ELKHART LAKE, Wis. — Alexander Rossi won his first pole in three years and will now try to snap a losing streak that dates just as long.
Rossi will start from the pole Sunday at Road America, site of his most recent IndyCar Series victory 44 races ago on June 23, 2019.
“It’s pretty crazy to just think it’s been so long,” Rossi said.
Rossi turned a lap in Saturday qualifying of 1 minute, 44.8656 seconds on the 14-turn, 4.048-mile permanent road course considered one of the best in the world. His lap put the Andretti Autosport driver on pole for the first time since Belle Isle in 2019, three weeks before his latest win.
“It’s been a long time since we’ve been in this position,” Rossi said. “It’s amazing. It’s cool. We’ll enjoy it, but we’ve got a job to do.”
The American driver became the eighth different pole winner through eight qualifying sessions, the most parity since 1961 for IndyCar. There were nine different pole winners that season.
Colton Herta of Andretti was fifth to give Honda four drivers in the top five, while Pato O’Ward of Arrow McLaren SP joined Newgarden as the only Chevrolet entries to advance to the Fast Six round of qualifying.
IndyCar points leader Will Power, who cycled back to the top following his win last weekend in Detroit, failed to advance out of the first group and qualified 15th. IndyCar has never had a winner come from farther back than 13th, done by Alex Tagliani in 2004.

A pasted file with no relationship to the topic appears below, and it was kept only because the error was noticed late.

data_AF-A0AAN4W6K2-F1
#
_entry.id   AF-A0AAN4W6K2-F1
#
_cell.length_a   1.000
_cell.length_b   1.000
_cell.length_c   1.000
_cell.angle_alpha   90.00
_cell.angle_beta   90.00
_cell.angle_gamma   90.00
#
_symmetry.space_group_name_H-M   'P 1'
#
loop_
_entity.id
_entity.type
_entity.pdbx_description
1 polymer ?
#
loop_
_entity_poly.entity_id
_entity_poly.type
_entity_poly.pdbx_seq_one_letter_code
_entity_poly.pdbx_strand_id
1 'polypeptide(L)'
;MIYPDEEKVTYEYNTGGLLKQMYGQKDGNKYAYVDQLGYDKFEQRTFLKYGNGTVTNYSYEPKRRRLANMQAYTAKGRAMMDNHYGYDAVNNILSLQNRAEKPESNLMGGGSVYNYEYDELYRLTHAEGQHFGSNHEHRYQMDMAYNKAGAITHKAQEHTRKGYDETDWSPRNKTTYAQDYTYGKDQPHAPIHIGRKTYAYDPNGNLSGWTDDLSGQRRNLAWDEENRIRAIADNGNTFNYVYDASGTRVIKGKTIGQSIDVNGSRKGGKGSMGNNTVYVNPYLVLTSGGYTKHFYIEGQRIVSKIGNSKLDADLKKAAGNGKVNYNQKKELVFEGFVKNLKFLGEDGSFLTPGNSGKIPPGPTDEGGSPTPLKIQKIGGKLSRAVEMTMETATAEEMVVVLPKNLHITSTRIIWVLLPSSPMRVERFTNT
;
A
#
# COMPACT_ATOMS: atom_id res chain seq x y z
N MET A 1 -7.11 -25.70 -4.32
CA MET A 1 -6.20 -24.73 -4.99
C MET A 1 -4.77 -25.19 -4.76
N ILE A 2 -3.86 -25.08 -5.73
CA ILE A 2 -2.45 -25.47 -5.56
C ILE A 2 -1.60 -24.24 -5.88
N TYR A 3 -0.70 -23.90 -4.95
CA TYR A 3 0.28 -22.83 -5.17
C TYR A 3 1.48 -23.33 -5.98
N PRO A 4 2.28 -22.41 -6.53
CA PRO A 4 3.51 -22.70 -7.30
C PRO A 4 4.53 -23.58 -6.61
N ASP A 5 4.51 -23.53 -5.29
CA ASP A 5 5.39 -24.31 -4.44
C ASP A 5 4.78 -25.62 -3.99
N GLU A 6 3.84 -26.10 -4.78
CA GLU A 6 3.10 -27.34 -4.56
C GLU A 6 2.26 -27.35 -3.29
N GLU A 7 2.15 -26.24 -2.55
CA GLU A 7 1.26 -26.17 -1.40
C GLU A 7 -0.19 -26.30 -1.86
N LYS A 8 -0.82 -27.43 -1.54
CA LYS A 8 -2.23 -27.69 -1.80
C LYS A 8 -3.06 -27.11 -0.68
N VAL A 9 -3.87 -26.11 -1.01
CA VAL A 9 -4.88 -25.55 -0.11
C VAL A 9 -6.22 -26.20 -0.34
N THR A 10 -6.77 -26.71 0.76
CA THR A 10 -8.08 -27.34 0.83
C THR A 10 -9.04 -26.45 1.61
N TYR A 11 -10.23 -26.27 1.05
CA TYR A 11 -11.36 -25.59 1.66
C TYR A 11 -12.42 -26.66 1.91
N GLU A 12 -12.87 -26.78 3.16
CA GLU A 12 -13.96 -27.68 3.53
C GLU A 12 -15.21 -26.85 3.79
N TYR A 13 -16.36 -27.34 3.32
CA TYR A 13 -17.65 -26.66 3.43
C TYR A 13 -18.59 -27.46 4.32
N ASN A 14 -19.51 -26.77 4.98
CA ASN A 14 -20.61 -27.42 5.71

Simona de Silvestro, making her first start of the season, qualified 27th and last in the field as she adapts to her first IndyCar road course race since 2015. She and Tatiana Calderon give IndyCar a pair of women in the same race for the first time since the 2013 season finale.
Rossi, meanwhile, has been on a roll the past three weeks.
He finished fifth in the Indianapolis 500 and was runner-up to Power last week in Detroit. He also confirmed last week that he’s leaving Andretti Autosport at the end of his seventh season to drive for McLaren next year.
“I don’t think there’s any revelation. We’re not doing anything different,” Rossi said. “Mistakes are minimized, chaotic events, minus a clutch blowing up this morning, have been relatively under control.”